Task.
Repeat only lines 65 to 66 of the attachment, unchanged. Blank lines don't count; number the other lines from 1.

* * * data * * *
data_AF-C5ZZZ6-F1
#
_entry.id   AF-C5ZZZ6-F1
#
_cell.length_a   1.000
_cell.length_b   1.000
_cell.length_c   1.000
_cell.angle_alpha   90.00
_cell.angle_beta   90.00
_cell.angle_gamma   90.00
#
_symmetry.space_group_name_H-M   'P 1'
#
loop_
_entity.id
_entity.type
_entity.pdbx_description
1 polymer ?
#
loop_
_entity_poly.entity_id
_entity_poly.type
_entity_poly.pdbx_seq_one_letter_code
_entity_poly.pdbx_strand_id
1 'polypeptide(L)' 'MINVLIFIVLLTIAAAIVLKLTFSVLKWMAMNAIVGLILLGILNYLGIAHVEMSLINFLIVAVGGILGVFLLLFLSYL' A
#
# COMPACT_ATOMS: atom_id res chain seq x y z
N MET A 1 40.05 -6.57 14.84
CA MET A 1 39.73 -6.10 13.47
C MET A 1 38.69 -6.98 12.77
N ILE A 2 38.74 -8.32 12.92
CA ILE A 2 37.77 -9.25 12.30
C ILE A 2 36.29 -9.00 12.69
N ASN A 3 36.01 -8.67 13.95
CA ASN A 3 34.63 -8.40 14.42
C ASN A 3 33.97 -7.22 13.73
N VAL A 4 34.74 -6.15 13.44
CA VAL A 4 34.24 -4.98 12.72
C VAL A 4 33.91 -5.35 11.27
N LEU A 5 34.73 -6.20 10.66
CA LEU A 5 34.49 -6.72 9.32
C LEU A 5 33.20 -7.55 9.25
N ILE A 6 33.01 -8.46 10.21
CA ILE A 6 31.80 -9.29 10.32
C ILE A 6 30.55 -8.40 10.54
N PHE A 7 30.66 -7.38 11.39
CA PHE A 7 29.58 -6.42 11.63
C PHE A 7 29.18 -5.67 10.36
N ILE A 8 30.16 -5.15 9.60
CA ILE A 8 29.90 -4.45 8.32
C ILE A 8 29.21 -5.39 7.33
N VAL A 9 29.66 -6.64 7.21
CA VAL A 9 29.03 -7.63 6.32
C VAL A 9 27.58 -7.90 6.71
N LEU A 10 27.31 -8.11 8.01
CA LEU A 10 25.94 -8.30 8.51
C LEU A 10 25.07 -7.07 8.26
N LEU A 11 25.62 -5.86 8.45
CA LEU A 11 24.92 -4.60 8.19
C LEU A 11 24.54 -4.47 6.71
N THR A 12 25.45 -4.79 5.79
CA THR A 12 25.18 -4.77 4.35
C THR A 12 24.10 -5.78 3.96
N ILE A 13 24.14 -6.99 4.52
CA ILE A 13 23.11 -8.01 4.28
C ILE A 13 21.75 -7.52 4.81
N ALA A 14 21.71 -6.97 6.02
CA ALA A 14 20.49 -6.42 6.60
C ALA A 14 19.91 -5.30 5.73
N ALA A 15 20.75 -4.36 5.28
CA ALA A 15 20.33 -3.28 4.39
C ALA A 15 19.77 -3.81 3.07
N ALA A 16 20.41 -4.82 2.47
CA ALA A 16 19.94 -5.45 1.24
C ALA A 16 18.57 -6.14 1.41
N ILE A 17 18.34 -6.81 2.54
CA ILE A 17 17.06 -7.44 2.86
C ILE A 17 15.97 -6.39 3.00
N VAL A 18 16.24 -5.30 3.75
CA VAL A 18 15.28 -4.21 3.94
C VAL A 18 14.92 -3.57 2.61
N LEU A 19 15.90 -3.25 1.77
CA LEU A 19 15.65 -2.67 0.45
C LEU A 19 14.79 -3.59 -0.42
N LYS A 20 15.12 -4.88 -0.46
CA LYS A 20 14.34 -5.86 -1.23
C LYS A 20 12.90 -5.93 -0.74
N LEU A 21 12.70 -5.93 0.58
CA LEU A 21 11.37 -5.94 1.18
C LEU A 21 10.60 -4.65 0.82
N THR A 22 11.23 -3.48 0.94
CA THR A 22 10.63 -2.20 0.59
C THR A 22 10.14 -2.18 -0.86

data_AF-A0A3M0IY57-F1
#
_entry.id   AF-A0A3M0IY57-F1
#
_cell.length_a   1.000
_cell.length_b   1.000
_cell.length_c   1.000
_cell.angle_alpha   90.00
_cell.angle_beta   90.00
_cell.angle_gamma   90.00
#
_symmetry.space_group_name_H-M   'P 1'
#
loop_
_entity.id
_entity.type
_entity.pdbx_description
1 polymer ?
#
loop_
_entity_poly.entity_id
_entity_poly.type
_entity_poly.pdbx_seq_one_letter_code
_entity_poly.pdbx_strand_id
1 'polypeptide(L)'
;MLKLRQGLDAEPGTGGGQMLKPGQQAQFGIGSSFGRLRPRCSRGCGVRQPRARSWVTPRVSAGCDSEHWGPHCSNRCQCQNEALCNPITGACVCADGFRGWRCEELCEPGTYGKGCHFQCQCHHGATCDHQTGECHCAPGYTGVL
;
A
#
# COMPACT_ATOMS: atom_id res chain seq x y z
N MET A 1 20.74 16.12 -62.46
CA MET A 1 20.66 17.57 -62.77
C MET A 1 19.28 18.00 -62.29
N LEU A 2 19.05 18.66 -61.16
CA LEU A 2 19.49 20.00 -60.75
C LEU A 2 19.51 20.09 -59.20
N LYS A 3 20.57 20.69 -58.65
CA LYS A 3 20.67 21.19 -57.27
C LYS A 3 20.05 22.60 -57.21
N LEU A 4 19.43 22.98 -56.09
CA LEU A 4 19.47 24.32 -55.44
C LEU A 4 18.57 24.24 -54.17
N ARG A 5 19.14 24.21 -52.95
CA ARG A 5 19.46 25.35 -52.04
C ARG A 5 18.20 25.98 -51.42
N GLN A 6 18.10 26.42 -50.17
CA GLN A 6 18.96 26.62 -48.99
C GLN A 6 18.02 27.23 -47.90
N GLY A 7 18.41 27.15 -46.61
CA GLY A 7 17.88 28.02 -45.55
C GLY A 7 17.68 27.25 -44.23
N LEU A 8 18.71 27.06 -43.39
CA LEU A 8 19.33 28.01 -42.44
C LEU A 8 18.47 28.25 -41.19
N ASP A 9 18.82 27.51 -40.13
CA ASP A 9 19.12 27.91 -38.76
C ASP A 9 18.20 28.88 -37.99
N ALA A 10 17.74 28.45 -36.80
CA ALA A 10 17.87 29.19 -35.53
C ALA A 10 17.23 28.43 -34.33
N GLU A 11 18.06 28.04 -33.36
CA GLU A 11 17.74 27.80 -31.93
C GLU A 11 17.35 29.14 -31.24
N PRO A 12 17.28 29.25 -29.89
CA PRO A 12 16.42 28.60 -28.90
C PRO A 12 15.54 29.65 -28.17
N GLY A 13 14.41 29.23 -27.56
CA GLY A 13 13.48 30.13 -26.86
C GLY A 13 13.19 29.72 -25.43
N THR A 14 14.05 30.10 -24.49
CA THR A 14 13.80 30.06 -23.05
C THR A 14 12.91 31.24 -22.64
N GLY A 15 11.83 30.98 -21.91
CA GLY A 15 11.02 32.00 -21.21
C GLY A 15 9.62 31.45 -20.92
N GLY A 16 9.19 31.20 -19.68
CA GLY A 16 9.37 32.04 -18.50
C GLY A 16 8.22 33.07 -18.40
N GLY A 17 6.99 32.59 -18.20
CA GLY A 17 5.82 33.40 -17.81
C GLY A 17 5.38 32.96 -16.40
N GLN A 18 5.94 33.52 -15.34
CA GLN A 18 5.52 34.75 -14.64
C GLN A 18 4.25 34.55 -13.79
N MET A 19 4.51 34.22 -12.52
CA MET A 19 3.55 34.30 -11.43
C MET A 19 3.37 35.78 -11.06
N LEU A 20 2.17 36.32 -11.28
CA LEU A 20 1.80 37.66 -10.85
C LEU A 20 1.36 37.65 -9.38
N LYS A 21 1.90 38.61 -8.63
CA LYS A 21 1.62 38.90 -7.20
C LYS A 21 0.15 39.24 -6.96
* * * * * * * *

CA ILE A 13 23.11 -8.01 4.28
C ILE A 13 21.75 -7.52 4.81